Thursday, July 5, 2012 8:18 PM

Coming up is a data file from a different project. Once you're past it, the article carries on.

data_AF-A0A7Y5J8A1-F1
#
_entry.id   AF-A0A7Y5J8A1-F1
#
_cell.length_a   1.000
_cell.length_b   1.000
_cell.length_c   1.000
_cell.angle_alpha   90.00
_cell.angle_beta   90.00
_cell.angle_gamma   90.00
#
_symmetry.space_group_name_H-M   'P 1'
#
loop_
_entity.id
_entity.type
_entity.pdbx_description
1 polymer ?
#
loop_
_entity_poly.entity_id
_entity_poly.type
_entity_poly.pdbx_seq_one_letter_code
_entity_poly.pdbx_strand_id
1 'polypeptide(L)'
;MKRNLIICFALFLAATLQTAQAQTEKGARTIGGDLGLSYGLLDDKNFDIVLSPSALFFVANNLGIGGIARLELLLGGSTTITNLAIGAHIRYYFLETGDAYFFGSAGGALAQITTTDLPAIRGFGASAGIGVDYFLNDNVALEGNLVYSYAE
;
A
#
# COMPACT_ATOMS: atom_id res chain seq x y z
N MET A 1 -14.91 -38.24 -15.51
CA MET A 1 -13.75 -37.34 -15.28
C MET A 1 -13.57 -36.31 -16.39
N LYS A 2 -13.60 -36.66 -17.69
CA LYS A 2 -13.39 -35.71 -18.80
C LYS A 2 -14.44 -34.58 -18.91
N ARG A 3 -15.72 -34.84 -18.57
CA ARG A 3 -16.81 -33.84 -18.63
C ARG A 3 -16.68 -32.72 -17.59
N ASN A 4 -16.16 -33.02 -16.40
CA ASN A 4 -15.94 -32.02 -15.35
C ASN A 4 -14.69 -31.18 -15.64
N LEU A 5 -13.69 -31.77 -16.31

As you may have guessed, these notes are not intended to amount to a commentary. The chiastic structure can mostly speak for itself. However, I wanted to preface my remarks with a caveat about the historical situation with which Paul was dealing. I do not believe this section refers to a problem occurring within the meeting of the whole church. The un-commendable situation in 1Cor 11:17ff with the Lord’s supper is explicitly contrasted with this one. That situation is cast in terms of “when you come together as a church,” so this is probably some prayerful situation where they have not come together as a whole church. In addition, I do not think Paul would so easily contradict himself by talking matter-of-factly about women praying and prophesying in this context but then say they should keep silent in the church in ch 14 (which I do not believe is a later insertion). I also do not think Paul had special rules only for certain churches (11:16). So I think he is dealing within some non-public context where women’s prayers were not an issue apart from the relationship of the participants and/or heavenly witnesses. Maybe Paul is dealing with the church as some home or household context. From the beginning, all Christians maintained many set times of prayer and so most of these would occur within the limited context of the household. Also, it becomes apparent that Paul’s argument is here presented as in a two or threefold way. He has an argument based on decorum (color-coded red), and that is also related to proper hair length (green). Yet he also has woven in a theological argument, and that argument is based on headship order as determined by creation itself (blue). If he had only argued based on the decorum of that time period, it would be easy to dismiss his solution that women should cover themselves for today. It would be much like separating the wheat from the chaff, as it were. But Paul argues also from headship order within creation (from a pre-fall Genesis perspective to boot). Just as we should not easily dismiss his arguments on women’s silence in the church from 1Timothy 2 (also based on the Torah’s revelation about creation), so also we should take him seriously in this context.